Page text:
Month: October 2018

CARE: For or About?

The ways in which churches and Christians express care and concern commonly reflect how they interpret Jesus’ command to love one another. While love and care are inseparable, a challenge arises when people try to decipher what love means in the context of caring. Since it does not make sense to say “care one another,” to make the phrase grammatically correct, people subconsciously add either the word for or about. Although it may not seem so, the word you choose is significant as it determines the direction you go and the way(s) you care.

Caring FOR entails helping  people

Caring for is synonymous with “taking care of,” and is primarily task-oriented. When caring for people, we naturally focus on the issues and concerns they express and default to meeting needs that are apparent. A few of the ways people care for others include:

  • Helping family and friends who are incapacitated or needy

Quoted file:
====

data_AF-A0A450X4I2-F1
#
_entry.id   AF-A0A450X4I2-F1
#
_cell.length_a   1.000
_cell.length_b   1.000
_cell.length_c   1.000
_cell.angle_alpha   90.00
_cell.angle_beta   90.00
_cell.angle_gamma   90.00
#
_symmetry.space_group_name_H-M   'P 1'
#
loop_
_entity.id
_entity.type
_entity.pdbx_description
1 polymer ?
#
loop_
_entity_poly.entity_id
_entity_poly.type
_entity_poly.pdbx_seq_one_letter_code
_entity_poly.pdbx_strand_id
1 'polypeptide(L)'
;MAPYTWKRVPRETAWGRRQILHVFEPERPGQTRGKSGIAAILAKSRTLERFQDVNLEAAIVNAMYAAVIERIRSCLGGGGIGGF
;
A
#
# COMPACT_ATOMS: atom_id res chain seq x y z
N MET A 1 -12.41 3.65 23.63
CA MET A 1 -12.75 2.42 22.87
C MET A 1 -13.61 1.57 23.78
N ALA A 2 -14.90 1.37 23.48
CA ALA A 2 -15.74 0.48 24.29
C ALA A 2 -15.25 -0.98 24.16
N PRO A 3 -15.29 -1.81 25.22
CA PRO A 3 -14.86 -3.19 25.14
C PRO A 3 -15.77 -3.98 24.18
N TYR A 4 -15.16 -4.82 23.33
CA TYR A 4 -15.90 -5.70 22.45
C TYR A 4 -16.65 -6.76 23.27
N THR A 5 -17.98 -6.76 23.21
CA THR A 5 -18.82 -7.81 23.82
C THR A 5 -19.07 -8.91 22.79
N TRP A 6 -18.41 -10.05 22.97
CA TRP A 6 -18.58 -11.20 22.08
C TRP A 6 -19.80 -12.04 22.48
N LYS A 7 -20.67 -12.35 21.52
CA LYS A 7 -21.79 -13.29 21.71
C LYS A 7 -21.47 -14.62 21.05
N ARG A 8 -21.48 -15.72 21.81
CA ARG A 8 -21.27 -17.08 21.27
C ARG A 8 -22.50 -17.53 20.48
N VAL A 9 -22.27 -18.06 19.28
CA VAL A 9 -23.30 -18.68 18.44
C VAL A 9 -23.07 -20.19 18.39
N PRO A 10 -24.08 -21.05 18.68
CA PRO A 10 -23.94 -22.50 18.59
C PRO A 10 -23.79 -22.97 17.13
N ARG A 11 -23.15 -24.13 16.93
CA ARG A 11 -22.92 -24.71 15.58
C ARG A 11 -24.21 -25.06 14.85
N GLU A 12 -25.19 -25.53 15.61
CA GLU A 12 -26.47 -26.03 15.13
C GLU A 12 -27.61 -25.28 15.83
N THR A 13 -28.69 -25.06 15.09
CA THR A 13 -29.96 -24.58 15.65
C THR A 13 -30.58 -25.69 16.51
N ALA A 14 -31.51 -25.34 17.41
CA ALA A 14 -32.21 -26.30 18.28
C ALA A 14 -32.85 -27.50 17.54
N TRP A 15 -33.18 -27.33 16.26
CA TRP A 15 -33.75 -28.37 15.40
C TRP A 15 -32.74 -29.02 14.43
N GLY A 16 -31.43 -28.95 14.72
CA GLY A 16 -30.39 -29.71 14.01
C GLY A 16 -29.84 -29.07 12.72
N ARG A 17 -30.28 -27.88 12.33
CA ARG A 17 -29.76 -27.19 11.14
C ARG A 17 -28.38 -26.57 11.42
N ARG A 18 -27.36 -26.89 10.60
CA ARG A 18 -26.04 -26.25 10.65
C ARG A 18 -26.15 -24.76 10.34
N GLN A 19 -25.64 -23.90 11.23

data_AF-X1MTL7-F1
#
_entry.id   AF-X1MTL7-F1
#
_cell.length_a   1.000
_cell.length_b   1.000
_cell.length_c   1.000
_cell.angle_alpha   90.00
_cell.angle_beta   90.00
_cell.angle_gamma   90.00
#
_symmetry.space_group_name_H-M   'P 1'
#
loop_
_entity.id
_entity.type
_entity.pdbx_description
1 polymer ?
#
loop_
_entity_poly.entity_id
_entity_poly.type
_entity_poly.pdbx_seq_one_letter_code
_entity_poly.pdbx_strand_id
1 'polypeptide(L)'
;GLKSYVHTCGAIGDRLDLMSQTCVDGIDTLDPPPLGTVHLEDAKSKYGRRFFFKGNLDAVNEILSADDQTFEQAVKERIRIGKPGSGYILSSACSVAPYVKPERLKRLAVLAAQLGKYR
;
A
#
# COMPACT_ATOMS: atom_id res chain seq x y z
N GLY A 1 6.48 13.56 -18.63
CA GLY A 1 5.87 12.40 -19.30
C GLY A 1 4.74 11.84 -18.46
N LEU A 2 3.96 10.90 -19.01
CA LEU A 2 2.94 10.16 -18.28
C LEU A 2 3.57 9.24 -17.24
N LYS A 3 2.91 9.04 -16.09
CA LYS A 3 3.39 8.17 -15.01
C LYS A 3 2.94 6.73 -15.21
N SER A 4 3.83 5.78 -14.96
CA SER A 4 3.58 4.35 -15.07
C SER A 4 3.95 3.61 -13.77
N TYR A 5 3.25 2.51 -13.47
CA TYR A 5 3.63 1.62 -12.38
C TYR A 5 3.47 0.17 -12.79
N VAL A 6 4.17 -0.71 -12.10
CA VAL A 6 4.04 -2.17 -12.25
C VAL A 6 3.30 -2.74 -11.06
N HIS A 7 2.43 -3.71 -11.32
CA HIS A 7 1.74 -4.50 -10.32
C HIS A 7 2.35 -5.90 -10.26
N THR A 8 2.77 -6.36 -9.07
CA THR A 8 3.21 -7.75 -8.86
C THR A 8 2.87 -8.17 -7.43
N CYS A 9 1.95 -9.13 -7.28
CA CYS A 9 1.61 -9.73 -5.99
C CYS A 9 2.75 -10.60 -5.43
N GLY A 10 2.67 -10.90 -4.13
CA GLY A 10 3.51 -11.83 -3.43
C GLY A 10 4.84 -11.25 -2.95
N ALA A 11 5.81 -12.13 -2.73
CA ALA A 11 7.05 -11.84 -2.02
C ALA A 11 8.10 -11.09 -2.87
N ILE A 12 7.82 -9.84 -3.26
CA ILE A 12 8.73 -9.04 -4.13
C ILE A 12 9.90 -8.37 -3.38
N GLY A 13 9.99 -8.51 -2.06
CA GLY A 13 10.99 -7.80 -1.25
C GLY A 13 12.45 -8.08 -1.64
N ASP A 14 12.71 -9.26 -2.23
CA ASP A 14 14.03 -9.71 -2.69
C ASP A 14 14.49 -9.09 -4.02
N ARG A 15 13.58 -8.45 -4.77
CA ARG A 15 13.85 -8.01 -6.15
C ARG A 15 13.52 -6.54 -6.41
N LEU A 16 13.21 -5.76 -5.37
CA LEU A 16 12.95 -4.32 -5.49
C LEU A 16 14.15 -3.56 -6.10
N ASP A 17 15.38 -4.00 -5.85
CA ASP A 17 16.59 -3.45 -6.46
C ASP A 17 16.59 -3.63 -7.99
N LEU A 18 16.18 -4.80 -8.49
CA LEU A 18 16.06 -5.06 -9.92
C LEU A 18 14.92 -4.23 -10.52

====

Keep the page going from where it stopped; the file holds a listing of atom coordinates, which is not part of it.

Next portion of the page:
• Performing random acts of kindness
  • Volunteering and supporting causes that are near and dear to us
Two ways sign_300

Caring ABOUT reflects discipling

Caring about people takes conversations and how we express concern in a different direction. When we care about people, we take an active interest in them, the direction of their lives, and their spiritual health and well-being (Colossians 2:2-4). Going down the discipleship road requires us to step out of our comfort zone, and be vulnerable, available, and intentional with God and people.

There is something quite invigorating about taking a vested interest in others, engaging in spiritual conversations and disciplines, and seeing the Lord move in mighty and powerful ways. Plus, when we genuinely care about people, it is only natural to want to go the extra mile and care for them as well.

Care considerations

Could it be that adding the word for, instead of about, dilutes Jesus’ command and the point of love? Though it is certainly easier to meet basic needs and care in ways that are task-oriented, according to the Scriptures, it appears that a biblical approach to caring demands:

  • Attuning our hearts and minds to the Word of God
  • Spurring and building one another up spiritually
  • Finding our purpose, peace, and provision in Christ